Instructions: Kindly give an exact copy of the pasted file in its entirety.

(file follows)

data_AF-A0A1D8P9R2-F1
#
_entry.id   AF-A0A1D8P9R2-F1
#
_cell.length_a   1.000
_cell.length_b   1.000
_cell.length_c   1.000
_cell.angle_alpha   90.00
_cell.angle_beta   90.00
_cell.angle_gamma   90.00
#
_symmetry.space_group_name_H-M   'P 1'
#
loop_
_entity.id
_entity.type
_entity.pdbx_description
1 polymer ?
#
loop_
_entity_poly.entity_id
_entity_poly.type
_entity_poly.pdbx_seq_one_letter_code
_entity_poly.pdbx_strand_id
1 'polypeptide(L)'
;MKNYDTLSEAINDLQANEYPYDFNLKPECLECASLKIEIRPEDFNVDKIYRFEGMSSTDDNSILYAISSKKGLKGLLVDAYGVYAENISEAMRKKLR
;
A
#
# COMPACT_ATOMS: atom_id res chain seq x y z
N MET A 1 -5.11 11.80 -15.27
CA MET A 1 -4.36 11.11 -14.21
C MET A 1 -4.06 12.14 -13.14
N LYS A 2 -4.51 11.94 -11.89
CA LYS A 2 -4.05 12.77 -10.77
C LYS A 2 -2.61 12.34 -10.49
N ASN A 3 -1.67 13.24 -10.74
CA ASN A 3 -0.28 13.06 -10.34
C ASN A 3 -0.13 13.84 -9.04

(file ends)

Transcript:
data_AF-A0A1D8P9R2-F1
#
_entry.id   AF-A0A1D8P9R2-F1
#
_cell.length_a   1.000
_cell.length_b   1.000
_cell.length_c   1.000
_cell.angle_alpha   90.00
_cell.angle_beta   90.00
_cell.angle_gamma   90.00
#
_symmetry.space_group_name_H-M   'P 1'
#
loop_
_entity.id
_entity.type
_entity.pdbx_description
1 polymer ?
#
loop_
_entity_poly.entity_id
_entity_poly.type
_entity_poly.pdbx_seq_one_letter_code
_entity_poly.pdbx_strand_id
1 'polypeptide(L)'
;MKNYDTLSEAINDLQANEYPYDFNLKPECLECASLKIEIRPEDFNVDKIYRFEGMSSTDDNSILYAISSKKGLKGLLVDAYGVYAENISEAMRKKLR
;
A
#
# COMPACT_ATOMS: atom_id res chain seq x y z
N MET A 1 -5.11 11.80 -15.27
CA MET A 1 -4.36 11.11 -14.21
C MET A 1 -4.06 12.14 -13.14
N LYS A 2 -4.51 11.94 -11.89
CA LYS A 2 -4.05 12.77 -10.77
C LYS A 2 -2.61 12.34 -10.49
N ASN A 3 -1.67 13.24 -10.74
CA ASN A 3 -0.28 13.06 -10.34
C ASN A 3 -0.13 13.84 -9.04